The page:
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Ecol Evol. 2015 Feb;5(4):865-73. doi: 10.1002/ece3.1404. Epub 2015 Jan 23.

Metacommunity and phylogenetic structure determine wildlife and zoonotic infectious disease patterns in time and space.

Author information

1
Departamento de Etología, Fauna Silvestre y Animales de Laboratorio, Facultad de Medicina Veterinaria Zootecnia, Universidad Nacional Autónoma de México México, Distrito Federal, México.
2
Departamento de Etología, Fauna Silvestre y Animales de Laboratorio, Facultad de Medicina Veterinaria Zootecnia, Universidad Nacional Autónoma de México México, Distrito Federal, México ; UMR MIVEGEC, Maladies Infectieuses et Vecteurs: Ecologie, Génétique, Evolution et Contrôle UMR 5290 CNRS-IRD-UM1-UM2, Centre de Recherche IRD 34394, Montpellier Cedex 5, France ; Centre de Synthèse et d'Analyse sur la Biodiversité - CESAB 13857, Aix-en-Provence Cedex 3, France.
3
Biology Department, Texas State University San Marcos, Texas.
4
UMR MIVEGEC, Maladies Infectieuses et Vecteurs: Ecologie, Génétique, Evolution et Contrôle UMR 5290 CNRS-IRD-UM1-UM2, Centre de Recherche IRD 34394, Montpellier Cedex 5, France.
5
EcoHealth Alliance New York, New York.
6
Biodiversity and Molecular Ecology Department Research and Innovation Centre, Fondazione Edmund Mach, San Michele all'Adige Trento, Italy.
7
INRA, UR346 Epidémiologie Animale Saint Genès Champanelle, France.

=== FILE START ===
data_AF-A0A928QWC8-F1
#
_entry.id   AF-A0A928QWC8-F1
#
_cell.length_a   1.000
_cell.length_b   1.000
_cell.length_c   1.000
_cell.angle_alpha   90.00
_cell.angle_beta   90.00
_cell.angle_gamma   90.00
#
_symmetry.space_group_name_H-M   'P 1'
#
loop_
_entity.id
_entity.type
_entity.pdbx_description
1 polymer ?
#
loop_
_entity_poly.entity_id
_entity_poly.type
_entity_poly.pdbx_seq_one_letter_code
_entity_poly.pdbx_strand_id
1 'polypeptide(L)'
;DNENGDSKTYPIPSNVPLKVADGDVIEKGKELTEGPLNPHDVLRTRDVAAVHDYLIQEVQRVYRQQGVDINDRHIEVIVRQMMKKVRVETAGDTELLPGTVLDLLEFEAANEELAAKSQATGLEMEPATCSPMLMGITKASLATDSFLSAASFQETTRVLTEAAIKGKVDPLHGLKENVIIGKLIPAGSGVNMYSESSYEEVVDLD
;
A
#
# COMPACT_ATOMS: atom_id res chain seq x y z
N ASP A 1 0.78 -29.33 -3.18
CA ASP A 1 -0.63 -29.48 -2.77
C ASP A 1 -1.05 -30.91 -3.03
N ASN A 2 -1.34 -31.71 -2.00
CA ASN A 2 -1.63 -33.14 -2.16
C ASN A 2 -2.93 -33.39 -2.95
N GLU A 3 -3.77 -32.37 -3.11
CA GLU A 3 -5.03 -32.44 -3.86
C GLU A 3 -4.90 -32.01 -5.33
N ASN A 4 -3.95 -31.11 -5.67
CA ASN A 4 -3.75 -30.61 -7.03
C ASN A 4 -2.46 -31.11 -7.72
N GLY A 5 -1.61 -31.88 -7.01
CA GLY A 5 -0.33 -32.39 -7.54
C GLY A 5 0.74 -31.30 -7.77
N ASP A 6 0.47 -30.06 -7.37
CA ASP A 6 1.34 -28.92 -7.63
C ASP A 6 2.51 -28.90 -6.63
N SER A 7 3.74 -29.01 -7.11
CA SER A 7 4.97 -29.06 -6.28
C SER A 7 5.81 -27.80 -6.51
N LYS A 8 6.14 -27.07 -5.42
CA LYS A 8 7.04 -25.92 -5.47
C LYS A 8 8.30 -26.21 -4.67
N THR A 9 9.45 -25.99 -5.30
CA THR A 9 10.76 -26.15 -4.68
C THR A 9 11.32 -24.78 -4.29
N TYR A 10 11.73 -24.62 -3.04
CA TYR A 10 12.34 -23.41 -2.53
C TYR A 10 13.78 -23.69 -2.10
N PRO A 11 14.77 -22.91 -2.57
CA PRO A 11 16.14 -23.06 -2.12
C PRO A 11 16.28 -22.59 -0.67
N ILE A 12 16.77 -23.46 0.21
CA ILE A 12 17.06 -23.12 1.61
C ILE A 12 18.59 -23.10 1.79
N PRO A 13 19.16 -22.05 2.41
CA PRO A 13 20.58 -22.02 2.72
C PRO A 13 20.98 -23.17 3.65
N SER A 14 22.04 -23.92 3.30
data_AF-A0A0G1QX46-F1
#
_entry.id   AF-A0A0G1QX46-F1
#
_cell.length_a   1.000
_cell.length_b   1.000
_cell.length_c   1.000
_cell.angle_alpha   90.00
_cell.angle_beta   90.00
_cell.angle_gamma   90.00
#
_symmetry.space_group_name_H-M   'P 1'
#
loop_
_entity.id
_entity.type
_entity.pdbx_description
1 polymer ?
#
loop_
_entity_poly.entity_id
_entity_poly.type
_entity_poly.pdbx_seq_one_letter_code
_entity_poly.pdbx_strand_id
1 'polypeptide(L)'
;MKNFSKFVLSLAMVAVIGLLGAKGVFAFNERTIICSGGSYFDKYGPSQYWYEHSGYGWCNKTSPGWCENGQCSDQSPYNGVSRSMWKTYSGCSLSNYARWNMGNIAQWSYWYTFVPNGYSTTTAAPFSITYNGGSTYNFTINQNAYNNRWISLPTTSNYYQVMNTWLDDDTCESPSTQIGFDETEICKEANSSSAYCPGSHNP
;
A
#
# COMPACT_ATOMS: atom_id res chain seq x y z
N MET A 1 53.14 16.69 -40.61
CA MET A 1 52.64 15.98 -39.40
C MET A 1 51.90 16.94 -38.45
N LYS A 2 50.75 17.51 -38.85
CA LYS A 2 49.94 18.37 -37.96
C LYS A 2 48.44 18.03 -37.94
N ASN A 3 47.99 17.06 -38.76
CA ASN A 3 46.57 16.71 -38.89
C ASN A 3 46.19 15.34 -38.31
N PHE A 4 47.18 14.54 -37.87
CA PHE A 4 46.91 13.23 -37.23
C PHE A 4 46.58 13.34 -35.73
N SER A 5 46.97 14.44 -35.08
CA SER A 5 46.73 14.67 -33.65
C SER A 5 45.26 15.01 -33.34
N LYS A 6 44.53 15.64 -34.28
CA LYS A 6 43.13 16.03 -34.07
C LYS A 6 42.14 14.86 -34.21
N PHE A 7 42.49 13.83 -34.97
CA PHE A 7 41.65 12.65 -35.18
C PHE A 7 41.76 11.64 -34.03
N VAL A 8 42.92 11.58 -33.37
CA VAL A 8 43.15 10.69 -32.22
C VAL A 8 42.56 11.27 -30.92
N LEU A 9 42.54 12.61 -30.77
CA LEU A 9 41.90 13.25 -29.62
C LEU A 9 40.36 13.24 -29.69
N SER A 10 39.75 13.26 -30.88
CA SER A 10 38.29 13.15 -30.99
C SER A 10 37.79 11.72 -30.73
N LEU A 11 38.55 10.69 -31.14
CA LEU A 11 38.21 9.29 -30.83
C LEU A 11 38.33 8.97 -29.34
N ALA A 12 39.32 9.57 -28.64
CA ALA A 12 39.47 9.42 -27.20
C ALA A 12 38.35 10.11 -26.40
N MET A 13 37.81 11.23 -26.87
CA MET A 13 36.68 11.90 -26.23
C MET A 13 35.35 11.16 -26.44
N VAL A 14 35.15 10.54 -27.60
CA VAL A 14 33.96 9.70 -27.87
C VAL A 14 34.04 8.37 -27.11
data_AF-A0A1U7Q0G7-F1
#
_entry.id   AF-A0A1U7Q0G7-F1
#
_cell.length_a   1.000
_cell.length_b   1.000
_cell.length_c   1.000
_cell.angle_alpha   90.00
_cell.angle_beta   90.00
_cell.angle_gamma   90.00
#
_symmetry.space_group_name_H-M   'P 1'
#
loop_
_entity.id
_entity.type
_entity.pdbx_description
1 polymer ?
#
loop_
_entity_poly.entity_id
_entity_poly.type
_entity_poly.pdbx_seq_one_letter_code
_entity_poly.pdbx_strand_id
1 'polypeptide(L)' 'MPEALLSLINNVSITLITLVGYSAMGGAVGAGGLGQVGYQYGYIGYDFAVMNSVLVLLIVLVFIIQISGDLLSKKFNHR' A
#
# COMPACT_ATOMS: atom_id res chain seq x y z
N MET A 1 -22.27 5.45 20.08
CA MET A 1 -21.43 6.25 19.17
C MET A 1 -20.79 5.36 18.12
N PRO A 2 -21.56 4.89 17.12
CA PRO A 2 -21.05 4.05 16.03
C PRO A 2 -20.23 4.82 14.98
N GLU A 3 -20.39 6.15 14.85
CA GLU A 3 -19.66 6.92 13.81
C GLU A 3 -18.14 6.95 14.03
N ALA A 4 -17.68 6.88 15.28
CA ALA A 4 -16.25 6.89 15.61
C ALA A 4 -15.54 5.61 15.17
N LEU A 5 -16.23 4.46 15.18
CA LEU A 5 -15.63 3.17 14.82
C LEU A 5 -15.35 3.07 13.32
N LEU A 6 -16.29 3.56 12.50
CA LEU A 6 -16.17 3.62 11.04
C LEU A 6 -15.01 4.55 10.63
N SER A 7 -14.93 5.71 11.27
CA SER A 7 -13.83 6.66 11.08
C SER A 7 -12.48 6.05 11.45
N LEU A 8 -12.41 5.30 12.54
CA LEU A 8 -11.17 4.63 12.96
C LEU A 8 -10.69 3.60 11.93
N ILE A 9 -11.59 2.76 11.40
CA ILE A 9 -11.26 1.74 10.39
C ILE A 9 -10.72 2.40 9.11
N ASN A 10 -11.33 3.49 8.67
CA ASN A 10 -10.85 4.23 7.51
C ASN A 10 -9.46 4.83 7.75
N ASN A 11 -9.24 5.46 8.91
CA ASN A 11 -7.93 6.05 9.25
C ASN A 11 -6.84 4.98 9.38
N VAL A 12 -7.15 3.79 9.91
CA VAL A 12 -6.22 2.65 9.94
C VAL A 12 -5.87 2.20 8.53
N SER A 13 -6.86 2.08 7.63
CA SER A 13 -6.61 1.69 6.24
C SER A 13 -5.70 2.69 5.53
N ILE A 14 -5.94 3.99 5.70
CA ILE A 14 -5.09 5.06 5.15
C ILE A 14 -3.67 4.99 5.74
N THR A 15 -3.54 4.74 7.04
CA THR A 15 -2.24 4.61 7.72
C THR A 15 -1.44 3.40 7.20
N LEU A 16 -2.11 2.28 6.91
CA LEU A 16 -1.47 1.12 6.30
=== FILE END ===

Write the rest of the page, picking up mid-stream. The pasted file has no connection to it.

8
Department of Environmental Science and Policy, George Mason University Fairfax, Virginia.
9
Muséum National d'histoireNaturelle, DIVERSITAS Paris, France.
10
Population Biology, Ecology and Evolution Program, Emory University Atlanta, Georgia.

Abstract

The potential for disease transmission at the interface of wildlife, domestic animals and humans has become a major concern for public health and conservation biology. Research in this subject is commonly conducted at local scales while the regional context is neglected. We argue that prevalence of infection at local and regional levels is influenced by three mechanisms occurring at the landscape level in a metacommunity context. First, (1) dispersal, colonization, and extinction of pathogens, reservoir or vector hosts, and nonreservoir hosts, may be due to stochastic and niche-based processes, thus determining distribution of all species, and then their potential interactions, across local communities (metacommunity structure). Second, (2) anthropogenic processes may drive environmental filtering of hosts, nonhosts, and pathogens. Finally, (3) phylogenetic diversity relative to reservoir or vector host(s), within and between local communities may facilitate pathogen persistence and circulation. Using a metacommunity approach, public heath scientists may better evaluate the factors that predispose certain times and places for the origin and emergence of infectious diseases. The multidisciplinary approach we describe fits within a comprehensive One Health and Ecohealth framework addressing zoonotic infectious disease outbreaks and their relationship to their hosts, other animals, humans, and the environment.

KEYWORDS:

Disease ecology; One Health; dispersal; evolution; metacommunity; phylogenetic structure; stochastic event

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